Neither is a traditional word. Rather than being "baby bellas", cremini are the ones with a long-standing name as one cultivar/variety of a commonly cultivated mushroom. When "exotic" foods started becoming big business during the 80s, overgrown cremini started showing up "branded" as portabellas/portobellos. According to the same report repeated ad nauseam on the web, the "a" version was adopted by some sort of "Mushroom Council" but that's its only claim to propriety. For what little it's worth, I seem to remember seeing "portobello" first...

                        1. re: C. Hamster

                          Don't chuckle too much. The portobello is just about the slickest marketing pitch there ever was. They really are just over grown crimini's.


                          1. re: Fritter

                            Very true, but I still love them. But absolutely right.

                            1. re: kchurchill5

                              Yes they are delicious. I like to lightly marinate them with EVOO, Soy, S&P and some fresh garlic and then grill them fin side up so the marinade stays inside as they cook. I only flip them for a few seconds at the end.

                              1. re: Fritter

                                I agree, the best. Ever do OJ, sesame and soy. Really tasty. A favorite recipe:

                                I stuff with scallops grilled (with the same marinade, but less time), s/p of course. I grill the scallops, chop and then toss with scallions, sauteed leeks, diced avacado, a little lime juice, panko crumbs and topped with goat cheese and then baked until the cheese melts. Just a few minutes. Amazing and it is dinner. A nice salad and grilled bread and nothing more.

                            2. re: Fritter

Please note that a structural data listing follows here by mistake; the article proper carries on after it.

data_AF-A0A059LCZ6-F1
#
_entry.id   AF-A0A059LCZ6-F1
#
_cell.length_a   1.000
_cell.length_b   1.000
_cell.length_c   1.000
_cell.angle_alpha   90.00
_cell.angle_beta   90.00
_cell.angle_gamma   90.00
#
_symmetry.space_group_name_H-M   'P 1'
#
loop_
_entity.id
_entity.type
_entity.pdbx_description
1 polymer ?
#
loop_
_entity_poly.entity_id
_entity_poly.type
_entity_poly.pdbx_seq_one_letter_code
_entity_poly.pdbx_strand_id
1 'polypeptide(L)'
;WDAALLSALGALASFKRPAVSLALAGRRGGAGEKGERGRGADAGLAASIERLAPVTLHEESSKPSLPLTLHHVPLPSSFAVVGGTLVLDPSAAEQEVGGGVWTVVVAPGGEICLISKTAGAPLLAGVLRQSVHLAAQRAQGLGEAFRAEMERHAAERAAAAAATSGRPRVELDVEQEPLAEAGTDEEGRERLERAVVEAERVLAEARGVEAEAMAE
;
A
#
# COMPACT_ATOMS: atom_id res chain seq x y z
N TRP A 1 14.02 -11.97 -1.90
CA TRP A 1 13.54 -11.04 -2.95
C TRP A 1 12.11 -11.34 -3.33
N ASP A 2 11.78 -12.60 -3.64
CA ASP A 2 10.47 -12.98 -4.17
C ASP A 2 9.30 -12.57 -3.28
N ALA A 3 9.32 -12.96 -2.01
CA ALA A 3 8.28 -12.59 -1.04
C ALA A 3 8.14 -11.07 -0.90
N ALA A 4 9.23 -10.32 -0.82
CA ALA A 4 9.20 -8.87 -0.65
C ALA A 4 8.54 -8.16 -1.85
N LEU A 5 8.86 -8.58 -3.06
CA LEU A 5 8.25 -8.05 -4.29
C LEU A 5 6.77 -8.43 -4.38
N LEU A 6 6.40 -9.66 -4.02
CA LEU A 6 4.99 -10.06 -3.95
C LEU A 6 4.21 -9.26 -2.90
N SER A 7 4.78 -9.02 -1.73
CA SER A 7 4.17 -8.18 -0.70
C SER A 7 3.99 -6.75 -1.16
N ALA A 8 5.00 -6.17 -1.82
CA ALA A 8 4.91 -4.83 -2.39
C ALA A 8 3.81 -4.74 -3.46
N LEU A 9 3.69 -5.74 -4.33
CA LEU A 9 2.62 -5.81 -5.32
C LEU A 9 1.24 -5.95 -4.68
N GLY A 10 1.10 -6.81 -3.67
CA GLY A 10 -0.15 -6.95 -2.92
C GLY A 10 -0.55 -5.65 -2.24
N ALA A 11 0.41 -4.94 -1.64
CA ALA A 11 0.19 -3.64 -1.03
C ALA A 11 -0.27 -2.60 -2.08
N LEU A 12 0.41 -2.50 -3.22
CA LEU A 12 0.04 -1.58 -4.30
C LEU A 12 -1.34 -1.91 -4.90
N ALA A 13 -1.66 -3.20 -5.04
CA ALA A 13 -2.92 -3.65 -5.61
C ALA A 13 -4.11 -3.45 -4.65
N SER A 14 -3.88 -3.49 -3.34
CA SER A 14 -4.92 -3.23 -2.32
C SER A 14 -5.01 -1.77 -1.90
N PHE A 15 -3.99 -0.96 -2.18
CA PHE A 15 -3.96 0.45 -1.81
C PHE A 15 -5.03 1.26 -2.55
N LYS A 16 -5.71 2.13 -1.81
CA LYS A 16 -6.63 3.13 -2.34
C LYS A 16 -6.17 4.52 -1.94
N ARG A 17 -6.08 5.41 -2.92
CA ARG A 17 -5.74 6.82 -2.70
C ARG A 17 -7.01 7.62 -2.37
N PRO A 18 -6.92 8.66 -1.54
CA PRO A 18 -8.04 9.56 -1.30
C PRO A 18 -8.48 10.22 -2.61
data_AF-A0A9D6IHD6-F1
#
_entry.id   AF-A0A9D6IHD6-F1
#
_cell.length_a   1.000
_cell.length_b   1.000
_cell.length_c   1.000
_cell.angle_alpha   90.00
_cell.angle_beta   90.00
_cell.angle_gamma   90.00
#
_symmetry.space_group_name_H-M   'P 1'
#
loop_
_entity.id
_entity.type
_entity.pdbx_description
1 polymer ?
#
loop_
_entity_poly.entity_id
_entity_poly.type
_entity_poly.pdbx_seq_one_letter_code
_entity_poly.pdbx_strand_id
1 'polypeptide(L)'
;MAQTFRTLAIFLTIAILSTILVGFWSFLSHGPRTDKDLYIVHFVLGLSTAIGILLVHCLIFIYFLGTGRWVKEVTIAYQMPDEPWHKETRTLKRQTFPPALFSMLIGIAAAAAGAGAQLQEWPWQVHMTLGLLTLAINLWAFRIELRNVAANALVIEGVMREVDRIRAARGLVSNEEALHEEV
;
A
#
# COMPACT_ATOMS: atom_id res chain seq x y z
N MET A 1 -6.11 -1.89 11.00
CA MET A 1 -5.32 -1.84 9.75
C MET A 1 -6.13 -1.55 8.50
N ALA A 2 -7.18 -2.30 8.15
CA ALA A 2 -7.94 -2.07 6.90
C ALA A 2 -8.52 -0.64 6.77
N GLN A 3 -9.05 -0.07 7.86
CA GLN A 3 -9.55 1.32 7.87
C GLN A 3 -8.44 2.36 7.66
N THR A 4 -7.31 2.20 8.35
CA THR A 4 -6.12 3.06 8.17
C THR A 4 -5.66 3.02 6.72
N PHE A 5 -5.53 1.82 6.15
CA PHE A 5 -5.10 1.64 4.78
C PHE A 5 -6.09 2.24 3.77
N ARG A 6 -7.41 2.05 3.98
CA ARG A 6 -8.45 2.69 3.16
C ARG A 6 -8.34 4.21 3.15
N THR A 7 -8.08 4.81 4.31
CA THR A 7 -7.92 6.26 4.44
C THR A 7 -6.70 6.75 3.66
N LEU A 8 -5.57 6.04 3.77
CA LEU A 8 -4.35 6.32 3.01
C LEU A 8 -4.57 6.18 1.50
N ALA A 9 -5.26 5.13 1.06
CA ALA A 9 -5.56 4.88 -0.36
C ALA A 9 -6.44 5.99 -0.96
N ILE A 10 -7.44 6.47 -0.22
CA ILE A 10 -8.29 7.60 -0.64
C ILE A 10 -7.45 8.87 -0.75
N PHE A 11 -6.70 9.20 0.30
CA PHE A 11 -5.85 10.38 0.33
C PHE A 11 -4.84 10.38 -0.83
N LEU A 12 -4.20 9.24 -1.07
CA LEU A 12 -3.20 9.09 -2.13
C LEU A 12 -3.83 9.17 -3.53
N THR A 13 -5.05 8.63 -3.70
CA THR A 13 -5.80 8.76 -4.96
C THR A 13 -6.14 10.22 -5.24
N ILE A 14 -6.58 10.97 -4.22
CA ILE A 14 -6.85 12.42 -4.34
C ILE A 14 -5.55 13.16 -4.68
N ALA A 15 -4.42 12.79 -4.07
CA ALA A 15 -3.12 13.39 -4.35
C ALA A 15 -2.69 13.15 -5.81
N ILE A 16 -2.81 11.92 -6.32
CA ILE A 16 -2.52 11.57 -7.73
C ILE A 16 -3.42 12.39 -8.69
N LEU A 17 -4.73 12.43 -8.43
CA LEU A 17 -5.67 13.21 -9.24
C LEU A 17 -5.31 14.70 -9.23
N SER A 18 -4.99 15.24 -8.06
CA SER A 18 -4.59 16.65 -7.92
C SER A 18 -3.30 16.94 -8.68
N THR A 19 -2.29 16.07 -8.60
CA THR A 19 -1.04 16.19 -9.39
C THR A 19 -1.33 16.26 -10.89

I was waiting to offer the same fact. IE the Portobello is just a crimini left to grow to it's normal size.
                              TAfew commercial mushroom grows got together over a few drinks to figure out what to do with the mature mushrooms.
                              They threw a few names in a hat and Port....... was drawn.
                              "Cheers. Now we can unload all these mushrooms to people who don't know any different instead of throwing the mushrooms in the garbage like we were doing last week".

                              1. re: Fritter

                                I know I'm answering a 2009 post, but I'd like to offer up Chilean sea bass as the beneficiary of an equally slick marketing pitch. I don't think there would be equal enthusiasm for the product under its original name, Patagonian tooth fish.

                        2. re: bagelman01

                          funny, the wikipedia page says "a portobello (frequently misspelled as portabella, portabello, or portobella)." Of course, wikipedia is often wrong...

                          1. re: bagelman01

                            Oh that absent minded fellow from Portobello road!

                            1. re: bagelman01

                              I realize this is a reply to a very dated post, but, I live a stone's throw from the self-proclaimed "Mushroom Capital of the World," Kennett Square, PA, and around here we see every variation of the spelling that you can imagine -- portabella, portobello, portobella, portabello. They all seem to be acceptable. There's even a local restaurant called Portabellos.

                              1. re: bagelman01

                                Portobello is the correct name for this mushroom (or stage of mushroom, whatever we have determined), not "portabella." That is, I think, a regional thing.


                                Actually, Portabella is a viable way to pronounce it according to this link, so they seem to be both correct.

                                1. re: Yergaderga

                                  FWIW, Phillips Mushroom Farms in Kennett Square, PA, which is, according to their website, "The Largest Grower of Specialty Mushrooms in the United States," grows PORTABELLA mushrooms.

                                  1. re: CindyJ

                                    It is a regional thing. Anywhere I read it says it can either be "portobello" or "portobella." Also- Phillips is awesome. I took a tour there once.